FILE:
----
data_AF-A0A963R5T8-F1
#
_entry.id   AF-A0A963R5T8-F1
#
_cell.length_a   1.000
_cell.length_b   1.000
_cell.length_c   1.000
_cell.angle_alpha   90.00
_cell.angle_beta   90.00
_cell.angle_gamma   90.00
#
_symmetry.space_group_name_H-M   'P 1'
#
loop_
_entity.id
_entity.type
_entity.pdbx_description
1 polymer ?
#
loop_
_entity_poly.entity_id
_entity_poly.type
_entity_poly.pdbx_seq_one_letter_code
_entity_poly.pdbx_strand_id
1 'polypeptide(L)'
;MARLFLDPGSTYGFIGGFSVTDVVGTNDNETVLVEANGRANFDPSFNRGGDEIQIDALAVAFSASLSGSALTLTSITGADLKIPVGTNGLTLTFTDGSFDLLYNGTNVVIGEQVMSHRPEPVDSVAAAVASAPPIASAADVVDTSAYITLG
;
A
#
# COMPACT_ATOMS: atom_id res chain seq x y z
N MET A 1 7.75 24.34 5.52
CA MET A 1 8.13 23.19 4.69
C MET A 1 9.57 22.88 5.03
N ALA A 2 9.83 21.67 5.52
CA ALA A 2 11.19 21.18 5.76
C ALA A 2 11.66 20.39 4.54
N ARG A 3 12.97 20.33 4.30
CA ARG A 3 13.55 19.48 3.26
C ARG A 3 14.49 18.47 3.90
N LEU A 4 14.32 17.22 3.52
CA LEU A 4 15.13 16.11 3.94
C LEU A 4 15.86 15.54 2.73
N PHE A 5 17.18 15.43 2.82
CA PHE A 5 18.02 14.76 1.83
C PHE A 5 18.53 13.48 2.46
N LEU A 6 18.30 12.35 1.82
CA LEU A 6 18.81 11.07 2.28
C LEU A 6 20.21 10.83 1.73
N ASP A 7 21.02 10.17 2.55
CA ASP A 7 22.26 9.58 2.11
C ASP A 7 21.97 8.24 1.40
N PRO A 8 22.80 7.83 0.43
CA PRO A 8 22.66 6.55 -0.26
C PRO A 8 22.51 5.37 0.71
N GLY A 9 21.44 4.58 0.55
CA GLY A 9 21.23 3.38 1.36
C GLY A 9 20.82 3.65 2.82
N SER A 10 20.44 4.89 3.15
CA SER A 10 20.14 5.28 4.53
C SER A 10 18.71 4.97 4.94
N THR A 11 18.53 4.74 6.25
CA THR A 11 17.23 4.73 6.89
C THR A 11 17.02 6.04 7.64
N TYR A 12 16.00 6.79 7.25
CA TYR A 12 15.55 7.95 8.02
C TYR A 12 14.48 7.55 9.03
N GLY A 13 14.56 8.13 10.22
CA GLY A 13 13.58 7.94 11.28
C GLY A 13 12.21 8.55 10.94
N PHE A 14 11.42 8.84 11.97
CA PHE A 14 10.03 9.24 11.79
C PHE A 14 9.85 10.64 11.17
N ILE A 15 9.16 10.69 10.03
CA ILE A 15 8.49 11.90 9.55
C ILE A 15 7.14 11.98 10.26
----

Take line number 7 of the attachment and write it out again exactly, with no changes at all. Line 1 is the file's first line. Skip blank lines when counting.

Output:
_cell.length_c   1.000